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Insights from Digital Data

It is only in the last decade that innovative sources of digital data are being used to gather insights which are typically not possible using survey data, writes Kanika Mahajan

Kanika Mahajan

12 September, 2023 | 4m read

Economists and policymakers have been using survey data for many decades to derive insights about various economic indicators over time. However, it is only in the last decade that innovative sources of digital data are being used to gather insights which are typically not possible using survey data. The leveraging of non-traditional data sources has been enabled through advancements in technology.

While we have a rich source of survey data presented in easily readable, downloadable and ready-to-be-visualised format by researchers and policymakers, at CEDA we have been supplementing these with other granular administrative data sources which are difficult to extract from government websites. The administrative data collected by the government are an extremely rich source of granular data. However, these are generally not available in easily usable form. We realised in the early years of CEDA that these should form an important pillar of offered data products. Advances in digital technology have made it possible to collect, collate and present these data almost instantaneously. We currently have two products – Agricultural Market Data and Daily Food Prices Data – that present real-time data on economic aggregates.

First Data

The first data provide commodity level, daily quantity arrivals and producer prices across government-regulated agricultural markets in India since 2001. It continuously updates these on a daily basis as The Ministry of Agriculture and Farmers Welfare in India records these in real-time on its website.

However, CEDA provides it in a form in which the daily data can be easily downloaded in a spreadsheet format with one click for a state. A user interface makes easy visualisations possible to track the trends in product supply and prices. It makes available these variables at a monthly level for visualisation at an all India, State, and District level – both geographic dispersion as well as trends in these over time.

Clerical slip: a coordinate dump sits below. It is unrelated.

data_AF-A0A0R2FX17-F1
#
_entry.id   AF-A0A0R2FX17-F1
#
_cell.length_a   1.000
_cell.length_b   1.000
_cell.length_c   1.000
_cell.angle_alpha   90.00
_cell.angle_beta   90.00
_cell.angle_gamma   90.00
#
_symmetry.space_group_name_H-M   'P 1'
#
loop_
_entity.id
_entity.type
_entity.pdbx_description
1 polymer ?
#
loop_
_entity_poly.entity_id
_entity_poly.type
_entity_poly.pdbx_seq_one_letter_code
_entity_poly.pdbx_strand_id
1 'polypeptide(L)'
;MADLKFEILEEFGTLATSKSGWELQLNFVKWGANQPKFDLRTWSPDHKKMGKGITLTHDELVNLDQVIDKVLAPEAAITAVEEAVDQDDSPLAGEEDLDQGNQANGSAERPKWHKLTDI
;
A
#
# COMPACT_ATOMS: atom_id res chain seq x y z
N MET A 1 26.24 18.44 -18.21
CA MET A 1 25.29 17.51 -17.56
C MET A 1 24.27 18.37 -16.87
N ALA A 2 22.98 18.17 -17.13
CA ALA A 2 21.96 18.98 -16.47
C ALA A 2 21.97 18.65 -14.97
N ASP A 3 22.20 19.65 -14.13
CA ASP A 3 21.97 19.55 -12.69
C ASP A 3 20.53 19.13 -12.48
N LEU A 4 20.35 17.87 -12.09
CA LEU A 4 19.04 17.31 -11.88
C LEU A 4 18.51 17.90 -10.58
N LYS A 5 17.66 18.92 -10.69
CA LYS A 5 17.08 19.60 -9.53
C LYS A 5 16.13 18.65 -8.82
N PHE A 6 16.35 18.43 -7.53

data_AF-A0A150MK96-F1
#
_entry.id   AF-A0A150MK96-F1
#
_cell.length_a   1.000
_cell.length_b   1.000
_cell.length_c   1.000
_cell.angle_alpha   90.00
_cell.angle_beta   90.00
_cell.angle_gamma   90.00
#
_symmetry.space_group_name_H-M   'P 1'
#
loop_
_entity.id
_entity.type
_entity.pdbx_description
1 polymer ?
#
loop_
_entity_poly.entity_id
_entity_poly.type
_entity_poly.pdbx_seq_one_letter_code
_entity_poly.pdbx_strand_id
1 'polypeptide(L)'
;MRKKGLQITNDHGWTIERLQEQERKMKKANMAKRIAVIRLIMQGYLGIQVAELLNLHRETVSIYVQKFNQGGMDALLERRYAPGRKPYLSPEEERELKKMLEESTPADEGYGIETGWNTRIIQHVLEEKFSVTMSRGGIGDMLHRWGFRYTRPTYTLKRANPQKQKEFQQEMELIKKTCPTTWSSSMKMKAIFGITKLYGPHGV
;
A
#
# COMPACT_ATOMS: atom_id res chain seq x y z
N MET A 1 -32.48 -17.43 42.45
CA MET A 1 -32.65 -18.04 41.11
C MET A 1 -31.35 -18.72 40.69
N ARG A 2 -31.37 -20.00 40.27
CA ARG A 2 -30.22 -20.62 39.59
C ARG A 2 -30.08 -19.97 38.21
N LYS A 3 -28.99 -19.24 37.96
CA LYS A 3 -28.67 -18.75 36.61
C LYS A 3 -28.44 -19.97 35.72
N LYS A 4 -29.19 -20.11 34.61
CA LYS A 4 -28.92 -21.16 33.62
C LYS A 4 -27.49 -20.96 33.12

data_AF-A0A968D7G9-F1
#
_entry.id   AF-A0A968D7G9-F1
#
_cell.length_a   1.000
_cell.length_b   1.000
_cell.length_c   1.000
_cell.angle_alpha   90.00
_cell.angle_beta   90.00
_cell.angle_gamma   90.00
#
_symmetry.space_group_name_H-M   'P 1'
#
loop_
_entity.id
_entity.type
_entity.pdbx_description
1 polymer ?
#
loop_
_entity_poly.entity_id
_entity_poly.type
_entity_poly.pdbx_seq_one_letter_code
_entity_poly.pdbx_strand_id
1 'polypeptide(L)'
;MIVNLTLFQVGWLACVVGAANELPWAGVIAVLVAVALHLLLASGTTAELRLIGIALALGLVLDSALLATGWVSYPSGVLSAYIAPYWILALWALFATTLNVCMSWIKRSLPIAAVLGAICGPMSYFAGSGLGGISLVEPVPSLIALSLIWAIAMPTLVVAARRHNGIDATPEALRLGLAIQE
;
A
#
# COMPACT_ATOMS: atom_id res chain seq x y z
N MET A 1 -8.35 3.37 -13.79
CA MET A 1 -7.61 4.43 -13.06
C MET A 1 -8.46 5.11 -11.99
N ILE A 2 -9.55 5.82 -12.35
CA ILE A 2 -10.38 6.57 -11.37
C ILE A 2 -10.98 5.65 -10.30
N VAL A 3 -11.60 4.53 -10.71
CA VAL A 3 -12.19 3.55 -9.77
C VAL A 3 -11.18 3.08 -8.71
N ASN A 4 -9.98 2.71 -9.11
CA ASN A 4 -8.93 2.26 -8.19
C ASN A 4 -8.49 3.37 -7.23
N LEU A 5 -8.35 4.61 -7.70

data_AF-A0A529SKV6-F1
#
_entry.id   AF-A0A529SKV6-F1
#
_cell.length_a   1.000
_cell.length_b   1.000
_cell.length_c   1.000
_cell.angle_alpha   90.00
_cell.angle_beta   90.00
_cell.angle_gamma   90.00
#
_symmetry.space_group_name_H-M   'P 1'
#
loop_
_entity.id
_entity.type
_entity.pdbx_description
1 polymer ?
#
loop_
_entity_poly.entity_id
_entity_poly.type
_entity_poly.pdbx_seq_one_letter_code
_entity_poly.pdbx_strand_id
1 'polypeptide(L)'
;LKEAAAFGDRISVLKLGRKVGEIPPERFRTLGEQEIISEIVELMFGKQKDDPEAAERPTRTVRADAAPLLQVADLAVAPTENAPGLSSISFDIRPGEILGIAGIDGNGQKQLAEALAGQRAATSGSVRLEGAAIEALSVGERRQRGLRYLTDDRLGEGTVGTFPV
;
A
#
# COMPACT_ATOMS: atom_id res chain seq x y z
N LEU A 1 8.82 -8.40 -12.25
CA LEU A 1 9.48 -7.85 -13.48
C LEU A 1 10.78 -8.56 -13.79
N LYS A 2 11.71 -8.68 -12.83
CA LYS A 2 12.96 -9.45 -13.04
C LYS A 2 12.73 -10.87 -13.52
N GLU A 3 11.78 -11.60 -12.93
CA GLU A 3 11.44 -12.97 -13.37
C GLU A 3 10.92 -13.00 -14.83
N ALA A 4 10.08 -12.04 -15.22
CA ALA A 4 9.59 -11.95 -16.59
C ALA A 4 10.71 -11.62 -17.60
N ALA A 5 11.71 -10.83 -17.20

The second data collates daily retail and wholesale prices of 22 essential commodities from more than 100 centres across India since 2009, collected by The Price Monitoring Cell under the Department of Consumer Affairs (DoCA). These are again made available by the DoCA on a daily basis but in pdf reports. The CEDA data portal scraps these and provides them in easily downloadable formats. It provides visualisations of both daily prices at the commodity-centre- zone and all-India level with daily updating of price data. This enables real-time monitoring of granular changes in food prices in the Indian economy. Using these data CEDA has also constructed two daily-level food price indices for the retail and wholesale markets of urban India.

Second Data

The above data have been used by individual researchers in academic papers, by institutions like the International Food Policy Research Institute for research purposes, as well as by state government departments like Orissa for monitoring granular price changes by officials. These have also been used by the media to write articles on the emerging price situation in the country which has been under a lot of heat due to rising prices recently (Mint). The data narratives by CEDA regularly use these data to report the changing price situation in the country. In a recent piece, we use these data to discuss the rise in Tur-dal prices in 2023 which has been higher than the average increase in food prices in the country. It has seen a much higher increase in 2023 vs. other years (Figure 1) and more so in the southern region of the country (Figure 2). We hope to add more such data on the portal in the coming years to contribute to emerging policy issues.

In general, across the world, such data are gaining increasing traction. For instance, the Billion Prices Project which started in the US in 2008 has been collecting price data from hundreds of online retailers. Other sources of data that have gathered traction include social media platforms like Twitter and Facebook, job matching platforms, payroll data, reviews data, taxation data, data on retail payments and financial transactions etc.

However, using such data to draw insights at the economy level is marred by issues of representativeness. Using data from selected markets or selected private entities, unless it forms a very large share of the relevant market, is likely to be plagued with being unrepresentative and capturing trends that may be idiosyncratic to its user base. Thus, using such data to track aggregate indicators needs pooling by multiple players or across many geographies. This remains a promising venture for the future.

(Kanika Mahajan is an Associate Professor of Economics at Ashoka University)

Study at Ashoka

Study at Ashoka